35 of 39 people found the following review helpful
on October 2, 2006
This little book is a gem of its kind. It is an argument with a literal minded Christian (fundamentalist, evangelical, etc) in the form of a letter. Harris's arguments are mostly not original - some previous versions of them date back more than a century in the skeptical literature - but his concise and hard-hitting presentation of them is. He is almost unique for his honest and, one must say, sometimes blunt treatment of religion. Some readers will find this offensive and won't pay his arguments the attention they deserve. I can only ask them to persevere and see if they can find a problem with Harris's reasons. The challenge for the committed Christian is to meet him on the plane of reason; and if you think that you don't have to, because faith prevails even where reason fails, I must ask, why your faith rather than any other? As Harris points out, many Muslims have exactly as much devout belief as you do and yet you are not troubled by this; can't you see that to an outsider, this is a reason to doubt all faiths? But I am paraphrasing Harris here, and poorly. I refer you to his forceful eloquence instead.
One more thought. Where does this book leave the moderate or liberal Christian? What does it say to them? While ostensibly not aimed at them, some challenges are obvious. If you are not a literal-minded Christian, then what exactly do you believe? Why are the literal-minded Christians not just simply more consistent (less politely: less hypocritical) than you are? Are there resources within Christianity that can justify your liberal stance, or are you really compromising with outside standards and motivated by outside factors? And the final question is last, and this is treated more fully in Harris' other book, The End of Faith: to what extent are moderate religious people responsible for enabling religious extremists to thrive and thereby threaten civil society? Harris is saying that religion is false and dangerous, even in its moderate forms, and he is saying that the polite silence rational people maintain about it is morally and intellectually unconscionable. Even if you are sure that he is wrong - especially so - you owe it to yourself to read this book.
25 of 29 people found the following review helpful
Sam Harris says what a lot of us have been thinking, but have been afraid to say in public. In this concise book, Harris directly attacks the very foundation of religious faith.
One might expect such a book to be either mean-spirited or intentionally provacative. Christian Nation is neither, although some will experience it that way. Harris sticks to the facts. He does not believe that religious faith, including but certainly not limited to Christianity, is good for people.
Harris is concerned with reducing human suffering and increasing human happiness. He agrees that many of the things that Jesus about love and kindness are indeed valuable and wise. He points out, however, that the bible contains much, much more than love and kindness. It contains cruelty, such as slavery, and pointless rules, such as the ban on graven images.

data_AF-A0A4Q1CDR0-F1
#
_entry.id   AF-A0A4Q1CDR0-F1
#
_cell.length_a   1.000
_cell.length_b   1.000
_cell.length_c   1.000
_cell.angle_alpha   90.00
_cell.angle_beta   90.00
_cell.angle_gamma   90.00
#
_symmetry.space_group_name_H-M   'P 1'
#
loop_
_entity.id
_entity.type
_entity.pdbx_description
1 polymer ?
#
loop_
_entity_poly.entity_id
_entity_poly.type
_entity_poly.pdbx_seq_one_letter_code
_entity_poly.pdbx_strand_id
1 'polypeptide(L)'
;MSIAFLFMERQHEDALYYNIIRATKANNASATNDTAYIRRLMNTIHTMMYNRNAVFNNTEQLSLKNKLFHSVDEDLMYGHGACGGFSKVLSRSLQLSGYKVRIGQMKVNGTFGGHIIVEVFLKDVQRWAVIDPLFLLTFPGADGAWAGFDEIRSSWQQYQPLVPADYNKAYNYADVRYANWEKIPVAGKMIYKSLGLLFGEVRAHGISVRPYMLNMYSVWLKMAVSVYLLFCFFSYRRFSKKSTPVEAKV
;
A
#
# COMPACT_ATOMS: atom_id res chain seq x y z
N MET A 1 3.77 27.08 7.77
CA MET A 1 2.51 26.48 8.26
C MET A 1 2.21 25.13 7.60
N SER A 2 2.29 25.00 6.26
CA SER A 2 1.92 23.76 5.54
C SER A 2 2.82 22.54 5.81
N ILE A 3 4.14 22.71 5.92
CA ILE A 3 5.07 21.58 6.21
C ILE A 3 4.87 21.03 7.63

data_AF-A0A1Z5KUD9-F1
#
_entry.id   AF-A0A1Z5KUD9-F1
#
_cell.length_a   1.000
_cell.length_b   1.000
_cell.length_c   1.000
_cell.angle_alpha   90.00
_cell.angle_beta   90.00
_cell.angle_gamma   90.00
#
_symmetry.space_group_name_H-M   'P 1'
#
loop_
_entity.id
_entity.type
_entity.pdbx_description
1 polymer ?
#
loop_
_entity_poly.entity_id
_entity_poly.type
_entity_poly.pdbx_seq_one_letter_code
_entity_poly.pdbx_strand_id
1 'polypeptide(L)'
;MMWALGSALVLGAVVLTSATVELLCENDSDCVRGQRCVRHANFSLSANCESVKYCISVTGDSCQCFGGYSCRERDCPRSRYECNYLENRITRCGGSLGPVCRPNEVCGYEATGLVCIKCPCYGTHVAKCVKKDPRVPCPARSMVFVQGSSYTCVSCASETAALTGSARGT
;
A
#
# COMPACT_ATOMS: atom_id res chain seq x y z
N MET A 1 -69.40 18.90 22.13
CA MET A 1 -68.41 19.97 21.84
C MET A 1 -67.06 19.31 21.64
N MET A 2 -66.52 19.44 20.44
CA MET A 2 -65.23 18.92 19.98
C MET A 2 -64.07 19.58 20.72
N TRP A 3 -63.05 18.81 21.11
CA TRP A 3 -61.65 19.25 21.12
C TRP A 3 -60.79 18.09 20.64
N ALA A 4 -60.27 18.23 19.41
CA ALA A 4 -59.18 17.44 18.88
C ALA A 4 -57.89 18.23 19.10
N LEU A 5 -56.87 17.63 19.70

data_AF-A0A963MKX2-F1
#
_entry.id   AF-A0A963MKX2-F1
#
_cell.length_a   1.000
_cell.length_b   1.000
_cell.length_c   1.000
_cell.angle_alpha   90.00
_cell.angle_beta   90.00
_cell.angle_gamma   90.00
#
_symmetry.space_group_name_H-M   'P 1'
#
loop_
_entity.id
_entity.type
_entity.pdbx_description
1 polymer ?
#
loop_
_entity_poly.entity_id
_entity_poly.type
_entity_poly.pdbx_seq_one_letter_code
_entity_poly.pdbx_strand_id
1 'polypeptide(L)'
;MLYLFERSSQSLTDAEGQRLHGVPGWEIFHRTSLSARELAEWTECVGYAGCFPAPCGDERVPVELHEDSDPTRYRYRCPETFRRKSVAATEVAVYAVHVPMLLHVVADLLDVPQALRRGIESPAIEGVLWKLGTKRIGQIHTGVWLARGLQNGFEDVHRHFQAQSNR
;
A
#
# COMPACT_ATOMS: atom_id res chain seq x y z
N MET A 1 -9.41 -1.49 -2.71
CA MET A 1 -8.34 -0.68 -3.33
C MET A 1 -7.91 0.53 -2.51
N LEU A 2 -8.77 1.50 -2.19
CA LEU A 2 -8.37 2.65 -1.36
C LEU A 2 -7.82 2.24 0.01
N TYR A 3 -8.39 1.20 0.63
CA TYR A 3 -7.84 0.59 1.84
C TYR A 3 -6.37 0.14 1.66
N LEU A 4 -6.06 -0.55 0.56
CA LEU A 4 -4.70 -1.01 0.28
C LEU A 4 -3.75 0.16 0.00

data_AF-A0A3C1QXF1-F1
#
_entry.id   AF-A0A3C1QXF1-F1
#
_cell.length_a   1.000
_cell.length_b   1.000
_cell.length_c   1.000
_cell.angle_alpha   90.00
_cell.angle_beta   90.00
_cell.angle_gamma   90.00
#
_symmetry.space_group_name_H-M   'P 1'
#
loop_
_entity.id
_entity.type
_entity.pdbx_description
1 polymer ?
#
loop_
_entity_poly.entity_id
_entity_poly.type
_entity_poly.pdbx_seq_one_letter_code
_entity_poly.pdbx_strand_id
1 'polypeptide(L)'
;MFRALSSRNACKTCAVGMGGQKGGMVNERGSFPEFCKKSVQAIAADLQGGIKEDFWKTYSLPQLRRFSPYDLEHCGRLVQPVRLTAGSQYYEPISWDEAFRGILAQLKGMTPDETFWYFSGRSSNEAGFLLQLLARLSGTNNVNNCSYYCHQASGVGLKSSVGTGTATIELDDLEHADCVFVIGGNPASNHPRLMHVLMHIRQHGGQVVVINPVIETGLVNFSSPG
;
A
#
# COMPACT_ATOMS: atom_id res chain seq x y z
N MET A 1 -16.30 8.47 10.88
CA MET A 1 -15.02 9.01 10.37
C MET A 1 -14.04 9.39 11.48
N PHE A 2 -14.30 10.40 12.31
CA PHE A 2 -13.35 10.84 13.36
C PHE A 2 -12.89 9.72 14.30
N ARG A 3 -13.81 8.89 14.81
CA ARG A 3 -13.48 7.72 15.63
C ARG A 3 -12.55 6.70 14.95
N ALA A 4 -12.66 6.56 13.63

In the end, Harris argues, religious faith, or any belief that is not based on evidence and reason, does not make sense and will ultimately lead to unnecessary suffering.
No doubt, many good and loving people would be offended or hurt if they read this book. But that simply proves Harris' point. These people have been so blinded by faith that they cannot even consider the possibility they have been led astray. Hopefully, a good number of religious people will muster the courage to read the book anyway.
18 of 22 people found the following review helpful
on November 3, 2006
Sam Harris is best know for his book entitled "The End of Faith" and although this small follow-up book is a welcome addition to the discussion of the role of religion in the modern world it seems unlikely to have a similar impact – although it is quite a pithy synopsis of the earlier book. I remember – over half a century ago – reading Bertrand Russel's book entitled "Why I am not a Christian". And there is clearly an overlap between the two books with Bertrand Russell probably being a little more ruthless in his criticism of Christianity. Russell says that “There is one very serious defect to my mind in Christ's moral character, and that is that He believed in Hell.” And I wrote in the margin of my copy of the book: “Interestingly many practising Christians do not”.
Although Harris did not use the exact same words I am sure he agrees that there are indeed some of Jesus' views (as recorded in the New Testament) which do not seem to be morally defensible. Unfortunately, Harris does not distinguish very well between fundamentalist Christians who reject the occurrence of evolution and believe all sorts of unscientific mumbo jumbo about the age of the earth and more enlightened Christians who are comfortable with scientific discoveries about the nature of the physical and biological world.